Recently a 32 year old punk named Martin Shkreli called the nation’s attention to persistent and blatant price gouging by pharmaceutical companies. Shkreli, an ex-hedge fund manager and CEO of Turing Pharmaceuticals – a company he formed in February of 2015 – took drug price gauging to a whole new level. In August he bought the rights manufacture Daraprin, a 62 year old drug use to treat Toxoplasmosis that no other company markets. The drug is used to cure a parasitic infection which usually doesn’t bother healthy people, but is a dangerous problem for people with compromised immune systems resulting for diseases such as AIDS and cancer. In September Shkreli abruptly raised price of the medication by 5,455 percent (from $13.50 to $750 per tablet). Those who most affected by this blatant act of medical thievery are generally in very poor health and often unable to afford expensive medication.
If you would like to read about the details of this outrageous crime against the public good, I would refer you to this excellent article: Drug Company CEOs Acting More Like Drug Dealing Thugs
Among those who have publicly criticized Shkreli are several medical organizations; the HIV Medicine Association and the Infectious Diseases Society of America both issued statements condemning the price increase. I found it most interesting that the Pharmaceutical Research and Manufactures of America also joined in on the attack on Shkreli. They are a lobbying group representing the major pharmaceutical companies. I suspect that that they were afraid that Shkreli’s actions will bring a lot of unwanted attention to similar, though perhaps not quite as blatant, price gauging by the major pharmaceutical companies the trade association represents.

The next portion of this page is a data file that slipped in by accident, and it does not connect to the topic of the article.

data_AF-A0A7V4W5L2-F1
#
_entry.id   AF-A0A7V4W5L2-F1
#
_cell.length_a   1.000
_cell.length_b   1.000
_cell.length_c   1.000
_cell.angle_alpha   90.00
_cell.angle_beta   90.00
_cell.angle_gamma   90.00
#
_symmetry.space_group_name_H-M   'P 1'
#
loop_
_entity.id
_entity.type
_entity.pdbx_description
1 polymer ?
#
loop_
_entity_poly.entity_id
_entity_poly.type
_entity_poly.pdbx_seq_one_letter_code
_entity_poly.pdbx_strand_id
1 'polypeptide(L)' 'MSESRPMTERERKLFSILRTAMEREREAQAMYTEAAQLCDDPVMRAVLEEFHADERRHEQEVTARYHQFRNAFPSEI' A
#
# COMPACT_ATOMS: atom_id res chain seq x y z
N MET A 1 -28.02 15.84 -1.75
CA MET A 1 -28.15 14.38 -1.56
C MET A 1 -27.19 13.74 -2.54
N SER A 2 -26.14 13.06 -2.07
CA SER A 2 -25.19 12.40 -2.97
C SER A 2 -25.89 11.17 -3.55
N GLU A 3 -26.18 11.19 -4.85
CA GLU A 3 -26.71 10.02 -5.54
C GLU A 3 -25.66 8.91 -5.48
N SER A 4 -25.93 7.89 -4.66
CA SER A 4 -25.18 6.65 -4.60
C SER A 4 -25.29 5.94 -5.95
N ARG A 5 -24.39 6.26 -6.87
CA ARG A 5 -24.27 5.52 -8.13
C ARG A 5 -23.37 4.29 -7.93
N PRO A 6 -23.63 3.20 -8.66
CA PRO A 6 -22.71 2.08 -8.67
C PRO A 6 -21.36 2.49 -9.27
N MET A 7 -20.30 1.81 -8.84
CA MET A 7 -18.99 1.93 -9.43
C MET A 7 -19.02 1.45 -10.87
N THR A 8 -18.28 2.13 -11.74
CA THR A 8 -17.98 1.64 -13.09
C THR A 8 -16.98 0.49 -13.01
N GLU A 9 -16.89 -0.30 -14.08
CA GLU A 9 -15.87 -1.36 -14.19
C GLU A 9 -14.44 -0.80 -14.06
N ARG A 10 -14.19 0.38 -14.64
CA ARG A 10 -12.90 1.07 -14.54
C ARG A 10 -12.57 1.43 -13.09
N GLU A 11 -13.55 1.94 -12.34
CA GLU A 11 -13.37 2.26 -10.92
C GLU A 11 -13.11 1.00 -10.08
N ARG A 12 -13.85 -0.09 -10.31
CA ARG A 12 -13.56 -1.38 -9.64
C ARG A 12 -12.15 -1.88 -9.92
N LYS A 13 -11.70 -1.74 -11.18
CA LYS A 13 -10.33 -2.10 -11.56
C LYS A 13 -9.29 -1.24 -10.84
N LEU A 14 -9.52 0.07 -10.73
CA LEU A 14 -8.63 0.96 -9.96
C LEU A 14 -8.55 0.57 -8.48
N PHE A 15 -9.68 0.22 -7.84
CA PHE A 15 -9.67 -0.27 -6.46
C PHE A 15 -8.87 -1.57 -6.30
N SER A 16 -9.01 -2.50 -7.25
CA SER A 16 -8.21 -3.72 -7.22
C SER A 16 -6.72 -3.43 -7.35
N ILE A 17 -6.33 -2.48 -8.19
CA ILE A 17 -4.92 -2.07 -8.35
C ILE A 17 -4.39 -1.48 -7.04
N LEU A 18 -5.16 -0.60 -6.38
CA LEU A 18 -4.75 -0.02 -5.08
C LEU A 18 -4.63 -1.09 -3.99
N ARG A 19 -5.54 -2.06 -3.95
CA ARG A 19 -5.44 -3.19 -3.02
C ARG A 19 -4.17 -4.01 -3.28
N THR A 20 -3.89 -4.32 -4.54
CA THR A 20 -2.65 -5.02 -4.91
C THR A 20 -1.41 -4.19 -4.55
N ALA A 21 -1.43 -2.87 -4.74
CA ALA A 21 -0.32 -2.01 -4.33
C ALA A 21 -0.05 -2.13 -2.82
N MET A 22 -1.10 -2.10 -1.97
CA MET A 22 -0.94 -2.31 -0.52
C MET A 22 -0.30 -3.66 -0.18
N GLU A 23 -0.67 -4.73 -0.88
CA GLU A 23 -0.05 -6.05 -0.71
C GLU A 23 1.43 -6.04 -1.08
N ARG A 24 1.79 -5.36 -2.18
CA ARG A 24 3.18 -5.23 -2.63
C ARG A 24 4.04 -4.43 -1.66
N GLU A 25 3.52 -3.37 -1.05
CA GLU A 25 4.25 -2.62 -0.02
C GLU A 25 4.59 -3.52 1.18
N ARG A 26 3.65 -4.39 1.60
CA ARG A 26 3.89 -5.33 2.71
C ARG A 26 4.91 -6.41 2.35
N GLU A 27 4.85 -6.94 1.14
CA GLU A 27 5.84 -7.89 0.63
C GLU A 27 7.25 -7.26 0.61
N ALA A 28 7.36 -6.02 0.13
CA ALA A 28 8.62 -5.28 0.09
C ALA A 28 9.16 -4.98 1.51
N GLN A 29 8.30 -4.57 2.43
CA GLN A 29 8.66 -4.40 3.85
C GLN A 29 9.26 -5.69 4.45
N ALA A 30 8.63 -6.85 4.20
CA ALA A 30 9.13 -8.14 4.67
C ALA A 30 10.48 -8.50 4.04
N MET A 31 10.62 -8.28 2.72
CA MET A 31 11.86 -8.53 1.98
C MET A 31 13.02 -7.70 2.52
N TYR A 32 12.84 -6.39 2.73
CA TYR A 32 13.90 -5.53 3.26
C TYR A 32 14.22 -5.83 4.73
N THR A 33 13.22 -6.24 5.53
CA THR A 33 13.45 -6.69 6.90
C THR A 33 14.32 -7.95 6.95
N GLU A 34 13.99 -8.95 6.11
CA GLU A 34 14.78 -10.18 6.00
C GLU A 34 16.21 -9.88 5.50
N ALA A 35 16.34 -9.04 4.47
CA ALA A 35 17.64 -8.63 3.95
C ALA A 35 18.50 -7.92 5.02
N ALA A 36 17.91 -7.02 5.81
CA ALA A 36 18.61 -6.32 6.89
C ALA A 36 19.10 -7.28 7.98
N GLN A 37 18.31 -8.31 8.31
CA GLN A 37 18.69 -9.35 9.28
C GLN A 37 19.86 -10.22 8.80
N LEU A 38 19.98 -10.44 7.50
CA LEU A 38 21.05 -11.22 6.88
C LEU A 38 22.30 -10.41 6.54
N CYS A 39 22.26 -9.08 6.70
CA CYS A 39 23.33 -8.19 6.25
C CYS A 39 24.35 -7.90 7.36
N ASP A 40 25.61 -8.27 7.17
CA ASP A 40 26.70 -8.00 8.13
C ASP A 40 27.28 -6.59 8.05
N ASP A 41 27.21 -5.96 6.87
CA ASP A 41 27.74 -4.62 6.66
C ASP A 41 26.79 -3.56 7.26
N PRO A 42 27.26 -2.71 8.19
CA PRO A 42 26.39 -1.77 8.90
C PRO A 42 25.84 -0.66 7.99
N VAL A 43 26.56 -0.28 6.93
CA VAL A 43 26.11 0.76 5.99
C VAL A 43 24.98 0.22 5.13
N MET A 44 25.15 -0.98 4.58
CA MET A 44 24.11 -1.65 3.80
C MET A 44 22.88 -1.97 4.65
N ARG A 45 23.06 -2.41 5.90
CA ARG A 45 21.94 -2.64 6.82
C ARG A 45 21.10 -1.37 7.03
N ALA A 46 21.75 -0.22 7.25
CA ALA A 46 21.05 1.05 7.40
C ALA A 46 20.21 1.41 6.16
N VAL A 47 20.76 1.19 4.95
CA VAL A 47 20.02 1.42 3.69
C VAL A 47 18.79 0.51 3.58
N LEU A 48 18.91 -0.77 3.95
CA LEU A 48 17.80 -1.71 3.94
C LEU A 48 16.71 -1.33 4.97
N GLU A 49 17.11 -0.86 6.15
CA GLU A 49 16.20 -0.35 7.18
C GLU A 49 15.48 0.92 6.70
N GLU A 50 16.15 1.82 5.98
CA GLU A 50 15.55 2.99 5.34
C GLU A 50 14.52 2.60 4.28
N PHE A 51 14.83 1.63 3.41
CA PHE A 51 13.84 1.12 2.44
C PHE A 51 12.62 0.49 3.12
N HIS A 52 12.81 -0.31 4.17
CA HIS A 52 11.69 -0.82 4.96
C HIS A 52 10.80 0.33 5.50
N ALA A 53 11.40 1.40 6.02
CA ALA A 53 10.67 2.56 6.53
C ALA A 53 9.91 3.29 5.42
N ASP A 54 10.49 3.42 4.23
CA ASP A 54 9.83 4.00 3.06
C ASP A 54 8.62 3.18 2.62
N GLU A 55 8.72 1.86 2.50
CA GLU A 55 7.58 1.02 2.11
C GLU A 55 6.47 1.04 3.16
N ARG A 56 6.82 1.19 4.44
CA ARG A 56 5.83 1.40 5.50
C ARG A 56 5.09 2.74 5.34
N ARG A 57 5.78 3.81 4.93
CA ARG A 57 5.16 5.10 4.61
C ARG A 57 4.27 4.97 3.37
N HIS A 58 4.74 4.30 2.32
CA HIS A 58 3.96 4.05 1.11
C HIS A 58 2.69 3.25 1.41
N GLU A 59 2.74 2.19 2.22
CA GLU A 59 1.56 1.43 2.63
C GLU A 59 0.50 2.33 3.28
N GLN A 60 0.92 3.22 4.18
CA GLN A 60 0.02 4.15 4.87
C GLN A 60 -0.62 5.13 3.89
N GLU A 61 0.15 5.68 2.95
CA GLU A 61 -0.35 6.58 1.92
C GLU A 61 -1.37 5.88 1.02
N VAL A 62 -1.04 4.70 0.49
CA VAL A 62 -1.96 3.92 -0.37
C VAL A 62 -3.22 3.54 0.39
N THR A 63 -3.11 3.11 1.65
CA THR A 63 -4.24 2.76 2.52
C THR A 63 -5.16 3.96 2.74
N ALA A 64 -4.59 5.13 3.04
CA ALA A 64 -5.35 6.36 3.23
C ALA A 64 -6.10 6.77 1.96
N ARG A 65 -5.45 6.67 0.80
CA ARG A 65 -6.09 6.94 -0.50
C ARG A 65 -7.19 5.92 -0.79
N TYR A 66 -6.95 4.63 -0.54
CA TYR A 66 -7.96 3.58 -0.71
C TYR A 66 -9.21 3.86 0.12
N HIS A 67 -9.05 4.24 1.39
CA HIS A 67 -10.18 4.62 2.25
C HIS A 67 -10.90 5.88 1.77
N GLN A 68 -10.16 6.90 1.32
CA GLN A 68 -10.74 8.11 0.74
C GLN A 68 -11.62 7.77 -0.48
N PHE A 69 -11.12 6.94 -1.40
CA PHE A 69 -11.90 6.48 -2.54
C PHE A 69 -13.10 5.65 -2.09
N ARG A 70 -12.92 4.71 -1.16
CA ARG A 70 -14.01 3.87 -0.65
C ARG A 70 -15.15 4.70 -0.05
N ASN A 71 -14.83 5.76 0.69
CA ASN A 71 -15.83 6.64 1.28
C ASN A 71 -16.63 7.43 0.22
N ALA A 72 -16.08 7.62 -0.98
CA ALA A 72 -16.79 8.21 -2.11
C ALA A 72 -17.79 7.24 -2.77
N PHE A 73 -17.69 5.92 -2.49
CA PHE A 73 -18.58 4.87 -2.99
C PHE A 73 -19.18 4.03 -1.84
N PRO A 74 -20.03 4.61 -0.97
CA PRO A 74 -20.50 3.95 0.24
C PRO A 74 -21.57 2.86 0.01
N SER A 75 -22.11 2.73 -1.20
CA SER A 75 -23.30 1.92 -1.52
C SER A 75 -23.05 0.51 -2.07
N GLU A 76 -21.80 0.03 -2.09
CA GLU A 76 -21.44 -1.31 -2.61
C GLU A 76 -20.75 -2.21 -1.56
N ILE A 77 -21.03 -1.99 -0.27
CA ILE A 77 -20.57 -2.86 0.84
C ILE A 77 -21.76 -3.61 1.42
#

Big pharmaceutical companies have a great deal they would not want brought to the attention of the American public. They don’t want anyone else to notice that they generally charge much more for their products here in the United States than they charge for the same medications in other countries. On average in the US we pay 40% more for the same medications than do the Canadians, 75% more than the Japanese, and 300% more than the Danes. This is one the prime reasons that medical care is so much more expensive here in the US than in most of the other advance countries around the world without a comparable increase in the quality of care.
Why do patients in other countries get better deals from the big drug companies? Most of the other countries have government run single payer medical systems which allow them to buy all of the drugs for their citizens giving them the leverage to negotiate big discounts with the drug companies. The many individual insurance companies in this country don’t have that kind of leverage. However, the differences don’t end there. One would think that a huge system like Medicare would be able to negotiate similar discounts, but it is forbidden by law from doing so. You read that right; the way Medicare was set up by Congress, the Department of Health and Human Services, which runs the Medicare system, is barred from negotiating with pharmaceutical companies to bring down the prices of drugs the system buys for patients.